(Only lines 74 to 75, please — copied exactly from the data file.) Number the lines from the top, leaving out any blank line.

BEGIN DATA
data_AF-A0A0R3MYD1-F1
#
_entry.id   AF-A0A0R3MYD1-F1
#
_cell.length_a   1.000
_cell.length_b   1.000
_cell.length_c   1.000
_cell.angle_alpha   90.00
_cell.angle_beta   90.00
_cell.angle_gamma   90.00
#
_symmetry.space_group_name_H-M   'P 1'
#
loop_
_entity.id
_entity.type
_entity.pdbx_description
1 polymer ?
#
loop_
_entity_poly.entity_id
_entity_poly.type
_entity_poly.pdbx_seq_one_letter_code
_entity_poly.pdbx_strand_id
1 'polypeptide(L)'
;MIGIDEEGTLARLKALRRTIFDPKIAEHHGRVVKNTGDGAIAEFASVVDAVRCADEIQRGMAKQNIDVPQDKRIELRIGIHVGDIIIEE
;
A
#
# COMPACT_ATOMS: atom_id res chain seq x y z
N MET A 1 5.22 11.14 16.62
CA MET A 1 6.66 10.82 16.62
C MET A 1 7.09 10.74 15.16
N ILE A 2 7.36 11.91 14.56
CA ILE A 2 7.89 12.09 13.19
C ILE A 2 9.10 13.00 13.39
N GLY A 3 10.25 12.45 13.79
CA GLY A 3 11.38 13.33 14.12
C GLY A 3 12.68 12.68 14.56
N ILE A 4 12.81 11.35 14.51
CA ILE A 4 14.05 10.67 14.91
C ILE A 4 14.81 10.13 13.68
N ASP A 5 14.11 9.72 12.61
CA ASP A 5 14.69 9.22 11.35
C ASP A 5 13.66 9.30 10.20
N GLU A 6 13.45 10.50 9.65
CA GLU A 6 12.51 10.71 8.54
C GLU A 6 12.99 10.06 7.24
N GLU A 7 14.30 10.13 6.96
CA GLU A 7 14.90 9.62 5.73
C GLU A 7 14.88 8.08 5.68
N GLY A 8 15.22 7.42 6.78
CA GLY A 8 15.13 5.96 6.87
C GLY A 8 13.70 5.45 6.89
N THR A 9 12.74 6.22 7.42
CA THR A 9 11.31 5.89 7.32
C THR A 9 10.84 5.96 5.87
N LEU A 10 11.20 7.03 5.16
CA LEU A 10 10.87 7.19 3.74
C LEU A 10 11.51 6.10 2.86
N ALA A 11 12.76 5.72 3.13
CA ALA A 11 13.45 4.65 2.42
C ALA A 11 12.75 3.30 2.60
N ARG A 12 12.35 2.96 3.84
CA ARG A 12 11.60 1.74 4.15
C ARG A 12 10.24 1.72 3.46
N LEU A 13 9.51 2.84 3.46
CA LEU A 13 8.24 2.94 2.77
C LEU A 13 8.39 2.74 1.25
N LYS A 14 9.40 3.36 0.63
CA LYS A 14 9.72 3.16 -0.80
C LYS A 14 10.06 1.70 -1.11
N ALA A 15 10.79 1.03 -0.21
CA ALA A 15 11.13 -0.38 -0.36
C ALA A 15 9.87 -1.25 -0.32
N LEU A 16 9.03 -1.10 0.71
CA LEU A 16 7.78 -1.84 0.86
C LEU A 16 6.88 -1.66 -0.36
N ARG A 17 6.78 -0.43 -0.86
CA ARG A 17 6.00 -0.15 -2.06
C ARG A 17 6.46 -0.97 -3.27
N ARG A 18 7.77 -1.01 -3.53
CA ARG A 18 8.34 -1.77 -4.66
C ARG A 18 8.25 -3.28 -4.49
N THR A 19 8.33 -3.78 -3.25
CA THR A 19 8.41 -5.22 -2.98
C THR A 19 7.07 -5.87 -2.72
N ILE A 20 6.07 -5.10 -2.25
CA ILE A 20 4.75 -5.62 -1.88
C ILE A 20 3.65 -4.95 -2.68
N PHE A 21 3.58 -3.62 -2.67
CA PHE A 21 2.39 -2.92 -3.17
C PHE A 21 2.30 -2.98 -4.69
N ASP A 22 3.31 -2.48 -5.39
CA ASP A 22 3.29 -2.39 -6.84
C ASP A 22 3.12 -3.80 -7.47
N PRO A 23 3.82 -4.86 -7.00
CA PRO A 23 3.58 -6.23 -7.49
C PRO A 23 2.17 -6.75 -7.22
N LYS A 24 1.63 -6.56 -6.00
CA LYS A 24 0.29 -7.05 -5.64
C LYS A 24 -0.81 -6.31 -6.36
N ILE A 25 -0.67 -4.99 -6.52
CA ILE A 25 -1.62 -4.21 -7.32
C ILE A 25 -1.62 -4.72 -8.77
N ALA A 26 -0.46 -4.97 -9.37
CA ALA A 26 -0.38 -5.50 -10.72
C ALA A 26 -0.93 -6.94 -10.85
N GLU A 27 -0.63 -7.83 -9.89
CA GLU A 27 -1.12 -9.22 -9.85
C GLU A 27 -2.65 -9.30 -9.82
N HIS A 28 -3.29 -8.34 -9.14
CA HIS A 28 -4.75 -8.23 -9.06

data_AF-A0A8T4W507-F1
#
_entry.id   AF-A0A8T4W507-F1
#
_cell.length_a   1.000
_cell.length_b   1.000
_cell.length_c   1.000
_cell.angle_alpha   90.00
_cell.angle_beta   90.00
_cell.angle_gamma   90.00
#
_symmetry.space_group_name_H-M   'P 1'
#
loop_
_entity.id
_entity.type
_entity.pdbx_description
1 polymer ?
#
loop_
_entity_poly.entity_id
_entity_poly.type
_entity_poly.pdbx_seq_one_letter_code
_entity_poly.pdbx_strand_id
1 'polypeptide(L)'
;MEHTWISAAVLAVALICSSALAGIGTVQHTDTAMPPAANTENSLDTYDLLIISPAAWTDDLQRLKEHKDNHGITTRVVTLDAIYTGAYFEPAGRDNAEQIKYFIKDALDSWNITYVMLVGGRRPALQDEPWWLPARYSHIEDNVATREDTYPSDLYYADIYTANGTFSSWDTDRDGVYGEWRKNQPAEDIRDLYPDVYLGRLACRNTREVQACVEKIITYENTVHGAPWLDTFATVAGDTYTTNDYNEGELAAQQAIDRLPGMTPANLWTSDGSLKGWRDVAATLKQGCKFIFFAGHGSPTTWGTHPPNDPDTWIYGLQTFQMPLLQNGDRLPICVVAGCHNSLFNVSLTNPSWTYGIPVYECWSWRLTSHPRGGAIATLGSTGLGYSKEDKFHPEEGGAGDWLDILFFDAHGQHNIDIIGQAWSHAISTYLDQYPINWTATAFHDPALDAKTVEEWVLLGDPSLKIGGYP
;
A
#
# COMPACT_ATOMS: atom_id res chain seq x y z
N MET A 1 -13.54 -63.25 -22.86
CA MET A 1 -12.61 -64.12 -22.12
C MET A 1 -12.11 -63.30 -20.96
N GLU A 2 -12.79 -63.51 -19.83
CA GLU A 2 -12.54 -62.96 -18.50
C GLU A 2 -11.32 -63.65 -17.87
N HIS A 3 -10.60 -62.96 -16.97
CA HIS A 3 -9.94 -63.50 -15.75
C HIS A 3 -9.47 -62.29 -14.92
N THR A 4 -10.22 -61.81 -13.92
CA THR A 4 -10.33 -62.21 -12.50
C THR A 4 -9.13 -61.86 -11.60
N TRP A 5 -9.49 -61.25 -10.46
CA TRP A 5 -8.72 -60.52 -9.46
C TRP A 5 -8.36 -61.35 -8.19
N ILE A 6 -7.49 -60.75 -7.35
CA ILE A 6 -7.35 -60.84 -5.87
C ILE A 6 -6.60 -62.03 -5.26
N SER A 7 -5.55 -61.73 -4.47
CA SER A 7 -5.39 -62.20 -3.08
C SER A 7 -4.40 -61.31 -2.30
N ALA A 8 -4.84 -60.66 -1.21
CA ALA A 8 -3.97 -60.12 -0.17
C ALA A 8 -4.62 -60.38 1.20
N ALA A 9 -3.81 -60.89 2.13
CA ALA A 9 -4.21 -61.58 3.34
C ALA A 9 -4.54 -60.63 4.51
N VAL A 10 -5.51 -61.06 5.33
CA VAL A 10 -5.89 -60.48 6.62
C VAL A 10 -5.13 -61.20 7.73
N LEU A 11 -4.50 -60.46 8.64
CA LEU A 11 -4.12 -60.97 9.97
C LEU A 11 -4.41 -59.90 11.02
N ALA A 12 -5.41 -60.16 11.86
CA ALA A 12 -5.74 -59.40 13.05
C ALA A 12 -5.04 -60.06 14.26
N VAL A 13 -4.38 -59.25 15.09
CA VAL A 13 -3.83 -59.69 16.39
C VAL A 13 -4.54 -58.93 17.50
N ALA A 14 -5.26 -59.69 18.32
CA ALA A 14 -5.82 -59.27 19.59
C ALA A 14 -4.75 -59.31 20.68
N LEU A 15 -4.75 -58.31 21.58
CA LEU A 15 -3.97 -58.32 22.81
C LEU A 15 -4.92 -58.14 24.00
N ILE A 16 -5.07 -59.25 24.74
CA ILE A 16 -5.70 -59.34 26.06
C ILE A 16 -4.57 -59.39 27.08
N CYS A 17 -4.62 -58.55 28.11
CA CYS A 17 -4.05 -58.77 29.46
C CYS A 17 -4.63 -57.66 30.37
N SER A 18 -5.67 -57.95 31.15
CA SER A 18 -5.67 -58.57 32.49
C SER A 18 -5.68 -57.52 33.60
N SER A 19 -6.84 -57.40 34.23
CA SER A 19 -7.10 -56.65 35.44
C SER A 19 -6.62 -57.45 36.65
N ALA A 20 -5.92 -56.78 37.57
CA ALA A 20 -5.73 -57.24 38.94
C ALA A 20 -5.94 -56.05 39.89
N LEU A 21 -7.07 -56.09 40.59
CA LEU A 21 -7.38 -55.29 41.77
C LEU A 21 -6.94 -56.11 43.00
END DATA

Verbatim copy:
CA ALA A 15 11.13 -0.38 -0.36
C ALA A 15 9.87 -1.25 -0.32